The total lunar eclipse of November 8th favors western North America, but the whole continent will enjoy much of the spectacle, provided skies are clear.
Diana Hannikainen, Observing Editor, Sky & Telescope
+1 617-500-6793 ×22100, [email protected]
Gary Seronik, Consulting Editor, Sky & Telescope
Susanna Kohler, Communications Manager and Press Officer, American Astronomical Society
+1 202-328-2010 ×127, [email protected]
Note to Editors/Producers: This release is accompanied by high-quality graphics; see the end of this release for the images and links to download.
Viewers in North America, Central America, most of South America, the Pacific Ocean, Australia, New Zealand, and Asia will see the Moon darken and turn a reddish hue in the wee hours of Tuesday November 8th. “Make sure you don’t miss the November 8th event, for it’s the last total lunar eclipse visible anywhere until mid-March 2025,” says Diana Hannikainen (pronounced HUHN-ih-KY-nen), Observing Editor at Sky & Telescope.
What to Look For — and When
The Moon traverses the northern half of Earth’s shadow, with totality predicted to last 86 minutes. Mid-eclipse happens on November 8th at 10:59 Universal Time (UT), around six days before apogee, when the Moon is farthest from Earth in its orbit. As a result, during the eclipse, the Moon will appear 7% smaller than it does when it’s at perigee (closest to Earth), but the difference is imperceptible. The November 8th eclipse will be a bit brighter than the one this past May — especially in the Moon's northern half — since the Moon doesn’t glide as closely to the dark center of Earth’s shadow.
There are several delightful extras viewers can look out for while admiring the eclipse. During totality, Earth’s shadow dims the Moon sufficiently for stars to be visible right up to its edge. In addition, Uranus reaches opposition just a day after the eclipse, when it’s directly opposite the Earth from the Sun and at its closest and brightest. And on eclipse night the distant planet will be upper left of the red-hued Moon — binoculars will reveal the planet’s pale disk. The farther west you are, the smaller the gap between planet and Moon. Also, the Northern and Southern Taurid meteor showers peak around this time, so eclipse-watchers might be treated to a few meteors streaking across the night sky.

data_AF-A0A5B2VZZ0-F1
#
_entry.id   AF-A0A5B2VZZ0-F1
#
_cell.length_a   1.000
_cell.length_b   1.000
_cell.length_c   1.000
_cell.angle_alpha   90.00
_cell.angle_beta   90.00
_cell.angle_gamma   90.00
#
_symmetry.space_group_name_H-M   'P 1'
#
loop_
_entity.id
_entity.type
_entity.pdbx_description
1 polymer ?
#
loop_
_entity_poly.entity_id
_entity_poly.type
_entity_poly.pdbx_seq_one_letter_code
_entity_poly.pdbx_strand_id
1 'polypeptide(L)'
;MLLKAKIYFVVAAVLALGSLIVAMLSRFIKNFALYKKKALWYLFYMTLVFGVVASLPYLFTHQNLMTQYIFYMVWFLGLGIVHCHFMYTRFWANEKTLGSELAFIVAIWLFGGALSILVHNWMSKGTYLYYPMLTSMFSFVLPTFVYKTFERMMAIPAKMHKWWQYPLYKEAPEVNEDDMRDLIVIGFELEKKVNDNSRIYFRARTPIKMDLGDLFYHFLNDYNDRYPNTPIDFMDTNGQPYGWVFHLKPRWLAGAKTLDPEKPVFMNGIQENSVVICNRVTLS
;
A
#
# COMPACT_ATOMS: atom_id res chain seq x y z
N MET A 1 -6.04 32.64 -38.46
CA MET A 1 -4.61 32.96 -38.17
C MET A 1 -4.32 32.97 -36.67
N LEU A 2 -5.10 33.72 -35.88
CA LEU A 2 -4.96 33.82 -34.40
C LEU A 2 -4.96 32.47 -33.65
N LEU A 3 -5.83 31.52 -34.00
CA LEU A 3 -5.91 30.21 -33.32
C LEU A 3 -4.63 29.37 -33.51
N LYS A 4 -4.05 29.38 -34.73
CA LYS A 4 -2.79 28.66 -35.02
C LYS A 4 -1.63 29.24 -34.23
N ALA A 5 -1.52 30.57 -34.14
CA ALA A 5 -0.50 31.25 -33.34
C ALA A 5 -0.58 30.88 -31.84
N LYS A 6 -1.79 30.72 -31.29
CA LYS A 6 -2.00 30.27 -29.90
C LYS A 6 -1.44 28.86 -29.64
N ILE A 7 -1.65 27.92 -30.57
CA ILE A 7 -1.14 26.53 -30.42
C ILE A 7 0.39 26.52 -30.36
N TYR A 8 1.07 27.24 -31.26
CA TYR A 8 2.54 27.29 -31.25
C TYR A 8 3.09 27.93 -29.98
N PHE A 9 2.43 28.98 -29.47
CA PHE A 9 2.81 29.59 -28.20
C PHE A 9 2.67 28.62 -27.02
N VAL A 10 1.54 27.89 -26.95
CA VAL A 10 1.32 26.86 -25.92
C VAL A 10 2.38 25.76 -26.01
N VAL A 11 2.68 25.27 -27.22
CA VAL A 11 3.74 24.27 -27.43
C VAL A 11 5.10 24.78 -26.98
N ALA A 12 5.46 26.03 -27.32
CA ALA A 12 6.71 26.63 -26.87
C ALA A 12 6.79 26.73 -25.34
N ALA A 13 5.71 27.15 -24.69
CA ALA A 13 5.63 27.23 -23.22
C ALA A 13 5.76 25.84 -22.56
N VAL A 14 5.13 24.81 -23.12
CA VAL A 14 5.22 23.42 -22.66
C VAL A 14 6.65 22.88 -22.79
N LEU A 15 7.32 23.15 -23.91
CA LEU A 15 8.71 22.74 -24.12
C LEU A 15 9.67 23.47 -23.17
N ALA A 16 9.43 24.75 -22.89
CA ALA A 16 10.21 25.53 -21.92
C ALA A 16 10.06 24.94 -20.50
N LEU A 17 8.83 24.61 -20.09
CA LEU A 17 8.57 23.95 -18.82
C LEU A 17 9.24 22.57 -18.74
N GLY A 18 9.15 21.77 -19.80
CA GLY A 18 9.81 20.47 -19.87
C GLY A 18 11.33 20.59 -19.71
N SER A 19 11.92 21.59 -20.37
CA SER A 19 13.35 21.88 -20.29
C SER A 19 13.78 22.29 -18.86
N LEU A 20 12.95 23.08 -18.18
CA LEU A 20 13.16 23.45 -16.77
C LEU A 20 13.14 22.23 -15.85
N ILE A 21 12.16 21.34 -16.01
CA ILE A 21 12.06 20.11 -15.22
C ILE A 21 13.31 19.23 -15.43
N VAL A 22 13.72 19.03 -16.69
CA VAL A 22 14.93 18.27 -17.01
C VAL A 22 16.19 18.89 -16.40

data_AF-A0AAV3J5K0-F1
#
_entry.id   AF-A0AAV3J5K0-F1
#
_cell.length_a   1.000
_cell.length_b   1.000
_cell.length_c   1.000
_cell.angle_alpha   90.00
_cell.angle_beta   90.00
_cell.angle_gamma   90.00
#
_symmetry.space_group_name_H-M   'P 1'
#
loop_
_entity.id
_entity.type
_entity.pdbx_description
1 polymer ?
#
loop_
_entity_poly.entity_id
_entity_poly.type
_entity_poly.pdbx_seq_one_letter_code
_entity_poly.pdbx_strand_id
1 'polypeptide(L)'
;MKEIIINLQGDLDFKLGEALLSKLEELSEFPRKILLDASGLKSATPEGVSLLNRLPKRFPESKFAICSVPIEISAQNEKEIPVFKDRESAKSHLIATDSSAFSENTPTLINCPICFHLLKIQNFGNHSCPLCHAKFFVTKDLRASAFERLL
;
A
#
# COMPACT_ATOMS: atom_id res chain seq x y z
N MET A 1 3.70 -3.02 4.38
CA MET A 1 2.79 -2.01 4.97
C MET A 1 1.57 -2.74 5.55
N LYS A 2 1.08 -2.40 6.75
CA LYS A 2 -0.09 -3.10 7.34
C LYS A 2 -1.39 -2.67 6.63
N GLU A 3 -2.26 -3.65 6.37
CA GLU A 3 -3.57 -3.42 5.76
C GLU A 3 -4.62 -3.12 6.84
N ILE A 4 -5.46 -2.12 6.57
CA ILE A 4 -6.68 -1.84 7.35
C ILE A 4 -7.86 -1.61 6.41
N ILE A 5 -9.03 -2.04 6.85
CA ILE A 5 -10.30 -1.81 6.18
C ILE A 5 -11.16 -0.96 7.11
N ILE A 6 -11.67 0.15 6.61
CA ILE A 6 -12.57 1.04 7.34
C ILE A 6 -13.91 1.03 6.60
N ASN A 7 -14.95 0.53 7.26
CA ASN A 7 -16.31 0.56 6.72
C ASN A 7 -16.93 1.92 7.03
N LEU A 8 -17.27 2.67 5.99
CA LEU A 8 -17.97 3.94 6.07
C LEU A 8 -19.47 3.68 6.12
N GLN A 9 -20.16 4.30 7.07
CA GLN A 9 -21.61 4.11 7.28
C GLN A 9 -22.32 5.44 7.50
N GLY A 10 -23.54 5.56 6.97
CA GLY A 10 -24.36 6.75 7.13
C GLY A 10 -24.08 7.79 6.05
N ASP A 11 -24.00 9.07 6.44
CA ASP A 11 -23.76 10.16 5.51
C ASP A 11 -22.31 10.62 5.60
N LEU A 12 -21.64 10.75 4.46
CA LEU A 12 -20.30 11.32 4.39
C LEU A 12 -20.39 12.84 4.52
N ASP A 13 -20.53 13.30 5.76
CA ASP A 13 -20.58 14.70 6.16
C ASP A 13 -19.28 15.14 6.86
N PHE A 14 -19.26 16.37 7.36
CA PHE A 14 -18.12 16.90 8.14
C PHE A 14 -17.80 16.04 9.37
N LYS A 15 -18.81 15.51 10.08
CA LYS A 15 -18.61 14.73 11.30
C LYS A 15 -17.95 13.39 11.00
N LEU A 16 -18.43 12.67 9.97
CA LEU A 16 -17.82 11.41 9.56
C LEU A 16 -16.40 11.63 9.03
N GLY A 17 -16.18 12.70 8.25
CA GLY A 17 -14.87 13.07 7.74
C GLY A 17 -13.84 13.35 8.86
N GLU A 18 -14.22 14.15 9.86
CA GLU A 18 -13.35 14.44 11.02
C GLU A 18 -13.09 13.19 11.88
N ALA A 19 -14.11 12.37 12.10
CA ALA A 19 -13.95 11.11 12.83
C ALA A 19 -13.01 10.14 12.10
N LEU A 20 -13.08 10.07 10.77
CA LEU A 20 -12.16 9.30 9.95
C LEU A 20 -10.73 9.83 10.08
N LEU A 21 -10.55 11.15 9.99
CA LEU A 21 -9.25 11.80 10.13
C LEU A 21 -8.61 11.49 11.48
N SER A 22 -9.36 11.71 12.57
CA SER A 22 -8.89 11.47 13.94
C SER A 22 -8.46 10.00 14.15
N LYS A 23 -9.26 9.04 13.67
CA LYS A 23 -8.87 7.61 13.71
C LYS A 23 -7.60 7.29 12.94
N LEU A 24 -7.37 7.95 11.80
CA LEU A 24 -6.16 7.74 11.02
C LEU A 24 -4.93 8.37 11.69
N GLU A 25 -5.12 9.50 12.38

All stages of the eclipse occur simultaneously for everyone, but not everyone will see the full eclipse. Weather permitting, observers in western North America will witness the entirety of the event on the morning of November 8th, with the partial eclipse phase beginning an hour or so after midnight. In Hawai‘i, the totally eclipsed Moon will be directly overhead. Viewers in the central parts of the continent will see all of totality and most of the final partial phases, while those on the East Coast can watch the Sun rise as totality ends.
South America will witness the initial phases of the eclipse up to totality, while Central America can enjoy the show a bit longer and see it through the total phase. The eclipse is an early evening event in central and eastern Asia, Australia, and New Zealand, and the Moon rises either during the earlier partial phases or during totality.
The actual clock times of the eclipse depend on your time zone. See the table below and diagrams at the end for times of key phases of the lunar eclipse:
|Penumbra first visible?||~8:45||~4:45 a.m.||~3:45 a.m.||~2:45 a.m.||~1:45 a.m.||~12:45 a.m.||~11:45 p.m.*||~10:45 p.m.*|
|Partial eclipse begins||9:09||5:09 a.m.||4:09 a.m.||3:09 a.m.||2:09 a.m.||1:09 a.m.||12:09 a.m.||11:09 p.m.*|
|Total eclipse beings||10:16||6:16 a.m.||5:16 a.m.||4:16 a.m.||3:16 a.m.||2:16 a.m.||1:16 a.m.||12:16 a.m.|